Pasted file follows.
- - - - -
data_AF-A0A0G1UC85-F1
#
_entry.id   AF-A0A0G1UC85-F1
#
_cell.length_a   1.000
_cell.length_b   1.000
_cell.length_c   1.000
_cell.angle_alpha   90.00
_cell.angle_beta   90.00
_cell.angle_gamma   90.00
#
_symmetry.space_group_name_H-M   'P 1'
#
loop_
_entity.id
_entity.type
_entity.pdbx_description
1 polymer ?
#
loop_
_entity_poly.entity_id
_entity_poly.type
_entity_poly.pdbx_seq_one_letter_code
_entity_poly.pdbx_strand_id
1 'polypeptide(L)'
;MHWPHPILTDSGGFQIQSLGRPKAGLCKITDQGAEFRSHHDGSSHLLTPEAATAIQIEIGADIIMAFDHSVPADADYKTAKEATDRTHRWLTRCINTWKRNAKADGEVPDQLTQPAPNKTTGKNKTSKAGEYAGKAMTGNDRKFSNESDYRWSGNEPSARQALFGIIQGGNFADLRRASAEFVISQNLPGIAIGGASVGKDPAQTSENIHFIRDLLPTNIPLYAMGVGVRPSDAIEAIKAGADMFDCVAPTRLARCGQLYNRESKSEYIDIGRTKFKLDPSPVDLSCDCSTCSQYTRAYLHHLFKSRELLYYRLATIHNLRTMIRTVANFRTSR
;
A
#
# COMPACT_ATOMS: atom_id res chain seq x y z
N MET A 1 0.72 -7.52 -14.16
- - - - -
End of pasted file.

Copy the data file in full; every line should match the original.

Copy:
data_AF-A0A0G1UC85-F1
#
_entry.id   AF-A0A0G1UC85-F1
#
_cell.length_a   1.000
_cell.length_b   1.000
_cell.length_c   1.000
_cell.angle_alpha   90.00
_cell.angle_beta   90.00
_cell.angle_gamma   90.00
#
_symmetry.space_group_name_H-M   'P 1'
#
loop_
_entity.id
_entity.type
_entity.pdbx_description
1 polymer ?
#
loop_
_entity_poly.entity_id
_entity_poly.type
_entity_poly.pdbx_seq_one_letter_code
_entity_poly.pdbx_strand_id
1 'polypeptide(L)'
;MHWPHPILTDSGGFQIQSLGRPKAGLCKITDQGAEFRSHHDGSSHLLTPEAATAIQIEIGADIIMAFDHSVPADADYKTAKEATDRTHRWLTRCINTWKRNAKADGEVPDQLTQPAPNKTTGKNKTSKAGEYAGKAMTGNDRKFSNESDYRWSGNEPSARQALFGIIQGGNFADLRRASAEFVISQNLPGIAIGGASVGKDPAQTSENIHFIRDLLPTNIPLYAMGVGVRPSDAIEAIKAGADMFDCVAPTRLARCGQLYNRESKSEYIDIGRTKFKLDPSPVDLSCDCSTCSQYTRAYLHHLFKSRELLYYRLATIHNLRTMIRTVANFRTSR
;
A
#
# COMPACT_ATOMS: atom_id res chain seq x y z
N MET A 1 0.72 -7.52 -14.16